Jump to content

  •  

CNers have asked about a donation box for Cloudy Nights over the years, so here you go. Donation is not required by any means, so please enjoy your stay.

Photo

Yellow zone

  • Please log in to reply
11 replies to this topic

#1 André 123

André 123

    Explorer 1

  • -----
  • topic starter
  • Posts: 86
  • Joined: 13 Oct 2019

Posted 30 November 2021 - 06:17 PM

I live in a light red zone and I'm going to travel to a yellow (nearly dark yellow) zone. My telescope is an Orion (14"). Will it change a lot? Will the DSO be seen much better?

#2 Bowmoreman

Bowmoreman

    Clear enough skies

  • *****
  • Posts: 9,772
  • Joined: 11 Sep 2006
  • Loc: Wimberley, TX

Posted 30 November 2021 - 06:22 PM

It will be most noticeably better in every regard, especially in your 14”…

 

enjoy and report back


  • Kimbo_2112, jcj380, Jethro7 and 1 other like this

#3 DaveL

DaveL

    Vostok 1

  • -----
  • Posts: 199
  • Joined: 30 Sep 2009
  • Loc: Madison, WI, USA

Posted 30 November 2021 - 08:54 PM

Yes, for sure.

 

Let's say you go from the edge of light red to edge of light yellow: that's 20.91-18.95 = 1.96 magnitudes difference. So the total sky brightness will go down by a factor of 6.08 (2.51 raised to the 1.96 power = 6.08, where 2.51 is the definition of one magnitude). That's a big, big deal. If you're in the middle of light red, then the difference is even bigger.

 

-Dave


  • George N likes this

#4 jcj380

jcj380

    Mercury-Atlas

  • *****
  • Posts: 2,587
  • Joined: 08 Jul 2014
  • Loc: Hellinois

Posted 04 December 2021 - 06:43 PM

Around here, yellow is considered a dark site.  wink.gif


  • ShaulaB and Kimbo_2112 like this

#5 Ptarmigan

Ptarmigan

    Lagopus lagopus

  • *****
  • Posts: 5,059
  • Joined: 23 Sep 2004
  • Loc: Arctic

Posted 05 December 2021 - 02:15 PM

Yellow zone is a major improvement over red zone. cool.gif wink.gif waytogo.gif



#6 MEE

MEE

    Viking 1

  • -----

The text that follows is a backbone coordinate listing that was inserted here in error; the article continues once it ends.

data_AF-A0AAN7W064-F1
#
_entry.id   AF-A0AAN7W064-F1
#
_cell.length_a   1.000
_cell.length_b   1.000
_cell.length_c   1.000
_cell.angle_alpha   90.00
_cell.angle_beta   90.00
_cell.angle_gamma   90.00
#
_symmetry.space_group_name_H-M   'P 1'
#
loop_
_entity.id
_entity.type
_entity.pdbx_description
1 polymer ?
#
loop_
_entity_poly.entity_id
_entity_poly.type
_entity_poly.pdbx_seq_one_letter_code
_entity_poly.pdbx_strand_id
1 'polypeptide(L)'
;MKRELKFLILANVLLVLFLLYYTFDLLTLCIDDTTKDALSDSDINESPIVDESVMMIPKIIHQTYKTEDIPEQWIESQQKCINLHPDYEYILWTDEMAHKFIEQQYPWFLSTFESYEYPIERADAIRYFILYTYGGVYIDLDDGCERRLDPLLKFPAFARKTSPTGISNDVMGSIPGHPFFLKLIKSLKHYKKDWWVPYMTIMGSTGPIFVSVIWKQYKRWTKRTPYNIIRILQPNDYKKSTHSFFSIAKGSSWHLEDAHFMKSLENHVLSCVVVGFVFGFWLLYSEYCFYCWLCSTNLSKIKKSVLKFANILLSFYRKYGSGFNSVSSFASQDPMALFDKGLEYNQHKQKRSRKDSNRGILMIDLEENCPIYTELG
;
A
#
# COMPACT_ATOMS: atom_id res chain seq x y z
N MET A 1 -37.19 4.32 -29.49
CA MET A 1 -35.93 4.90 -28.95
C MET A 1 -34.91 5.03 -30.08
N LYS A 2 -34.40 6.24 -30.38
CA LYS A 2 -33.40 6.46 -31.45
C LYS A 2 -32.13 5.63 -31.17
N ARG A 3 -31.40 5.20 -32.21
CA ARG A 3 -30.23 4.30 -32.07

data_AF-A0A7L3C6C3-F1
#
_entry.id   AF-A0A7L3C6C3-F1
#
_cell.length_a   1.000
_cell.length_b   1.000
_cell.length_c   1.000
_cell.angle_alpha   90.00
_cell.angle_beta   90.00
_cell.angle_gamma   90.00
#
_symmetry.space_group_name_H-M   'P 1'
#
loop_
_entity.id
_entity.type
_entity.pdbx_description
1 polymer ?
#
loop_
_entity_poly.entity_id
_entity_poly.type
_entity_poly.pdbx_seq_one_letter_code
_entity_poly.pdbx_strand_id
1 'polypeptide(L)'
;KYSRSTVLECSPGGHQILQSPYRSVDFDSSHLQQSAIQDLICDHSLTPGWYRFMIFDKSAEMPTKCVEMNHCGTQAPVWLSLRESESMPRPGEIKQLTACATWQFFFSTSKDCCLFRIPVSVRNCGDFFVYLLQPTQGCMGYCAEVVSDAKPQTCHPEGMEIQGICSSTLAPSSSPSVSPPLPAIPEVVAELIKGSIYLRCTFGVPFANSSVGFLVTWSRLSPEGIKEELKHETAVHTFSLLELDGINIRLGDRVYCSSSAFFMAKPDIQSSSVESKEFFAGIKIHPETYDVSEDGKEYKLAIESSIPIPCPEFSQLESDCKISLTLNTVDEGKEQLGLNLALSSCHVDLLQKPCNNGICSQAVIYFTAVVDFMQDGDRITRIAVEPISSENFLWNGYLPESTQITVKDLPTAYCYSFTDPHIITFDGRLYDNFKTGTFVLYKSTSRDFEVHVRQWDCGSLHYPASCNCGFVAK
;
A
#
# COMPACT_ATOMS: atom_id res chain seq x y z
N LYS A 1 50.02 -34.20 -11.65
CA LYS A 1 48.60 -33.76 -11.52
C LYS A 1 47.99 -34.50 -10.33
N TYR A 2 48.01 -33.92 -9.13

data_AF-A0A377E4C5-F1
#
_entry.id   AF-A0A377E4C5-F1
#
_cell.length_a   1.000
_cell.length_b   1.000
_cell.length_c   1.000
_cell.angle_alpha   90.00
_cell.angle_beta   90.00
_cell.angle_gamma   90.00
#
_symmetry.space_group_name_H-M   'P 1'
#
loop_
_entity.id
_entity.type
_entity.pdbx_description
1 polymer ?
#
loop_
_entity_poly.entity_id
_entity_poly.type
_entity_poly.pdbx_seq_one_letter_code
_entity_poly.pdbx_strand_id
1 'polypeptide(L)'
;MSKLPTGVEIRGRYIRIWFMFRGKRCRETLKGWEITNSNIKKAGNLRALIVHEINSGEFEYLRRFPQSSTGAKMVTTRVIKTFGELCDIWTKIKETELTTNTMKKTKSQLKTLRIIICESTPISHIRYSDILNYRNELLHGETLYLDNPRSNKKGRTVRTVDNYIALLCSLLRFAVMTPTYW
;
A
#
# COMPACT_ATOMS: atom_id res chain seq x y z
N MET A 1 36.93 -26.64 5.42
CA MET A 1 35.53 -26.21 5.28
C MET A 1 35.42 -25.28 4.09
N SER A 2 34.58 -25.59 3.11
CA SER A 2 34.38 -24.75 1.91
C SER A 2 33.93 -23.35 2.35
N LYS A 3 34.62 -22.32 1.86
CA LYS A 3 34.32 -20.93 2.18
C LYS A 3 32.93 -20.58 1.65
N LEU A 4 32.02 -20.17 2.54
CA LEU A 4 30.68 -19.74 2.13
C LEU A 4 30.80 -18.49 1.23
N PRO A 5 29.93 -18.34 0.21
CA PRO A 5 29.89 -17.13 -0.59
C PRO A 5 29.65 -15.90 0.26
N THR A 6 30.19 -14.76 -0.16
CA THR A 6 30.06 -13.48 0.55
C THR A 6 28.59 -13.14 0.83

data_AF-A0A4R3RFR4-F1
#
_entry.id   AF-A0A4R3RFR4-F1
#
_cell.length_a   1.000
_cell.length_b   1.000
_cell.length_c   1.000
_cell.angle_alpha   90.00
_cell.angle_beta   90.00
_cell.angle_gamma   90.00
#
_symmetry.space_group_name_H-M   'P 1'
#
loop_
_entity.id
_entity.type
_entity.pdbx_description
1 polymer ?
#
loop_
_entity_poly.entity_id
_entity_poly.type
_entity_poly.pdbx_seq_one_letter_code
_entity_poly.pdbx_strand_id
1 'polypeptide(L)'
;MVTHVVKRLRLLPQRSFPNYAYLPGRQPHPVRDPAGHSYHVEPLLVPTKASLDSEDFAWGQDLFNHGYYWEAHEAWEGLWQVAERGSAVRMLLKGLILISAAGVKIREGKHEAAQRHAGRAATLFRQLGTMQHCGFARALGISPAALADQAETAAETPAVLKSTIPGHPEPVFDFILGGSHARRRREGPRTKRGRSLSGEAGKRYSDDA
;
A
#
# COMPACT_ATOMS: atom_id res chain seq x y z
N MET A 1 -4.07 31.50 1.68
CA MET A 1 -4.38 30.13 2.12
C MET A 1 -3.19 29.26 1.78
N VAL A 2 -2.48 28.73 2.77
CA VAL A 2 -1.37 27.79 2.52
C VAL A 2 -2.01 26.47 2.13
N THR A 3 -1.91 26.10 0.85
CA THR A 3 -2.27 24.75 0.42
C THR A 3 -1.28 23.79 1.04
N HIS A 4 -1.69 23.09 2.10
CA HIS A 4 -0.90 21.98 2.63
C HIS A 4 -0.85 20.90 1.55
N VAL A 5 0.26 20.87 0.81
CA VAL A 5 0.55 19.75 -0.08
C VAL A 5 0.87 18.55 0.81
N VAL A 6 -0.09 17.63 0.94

• Posts: 554
  • Joined: 10 Jul 2010

Posted 08 December 2021 - 11:23 PM

This is assuming the yellow zone does not have significant local light pollution, and you’re looking at objects high above the light pollution domes (which will still be visible, and prominent)

#7 Tony Flanders

Tony Flanders

    ISS

  • *****
  • Posts: 20,387
  • Joined: 18 May 2006
  • Loc: Cambridge, MA, USA

Posted 09 December 2021 - 05:49 AM

This is assuming the yellow zone does not have significant local light pollution, and you’re looking at objects high above the light pollution domes (which will still be visible, and prominent)

That is correct. On the other hand the Original Poster was asking us to compare the light red zone versus dark yellow, and even the worst part of the sky in dark yellow is much darker than the best part of the sky in the light red zone.

 

This was brought home to me when comparing the sky at my astronomy club's observing field in the exurbs of Boston, MA (USA) versus my country home.

 

At the club field northwest there's a huge light dome to the southeast from Boston itself and pretty big domes to the north and south from Lowell and Framingham, respectively. Northwest, directly away from Boston, appears strikingly dark, with no obvious light sources at all.

 

At my country home northwest -- toward Albany, NY -- is startlingly bright, a vast light dome covering a whole quadrant of the sky. But guess what? Measurements with sky quality meter and camera confirm that the very worst part of the sky there, 15 degrees directly above Albany, is darker than the zenith at my club's field. And my astronomy club is in the orange zone, not the red zone.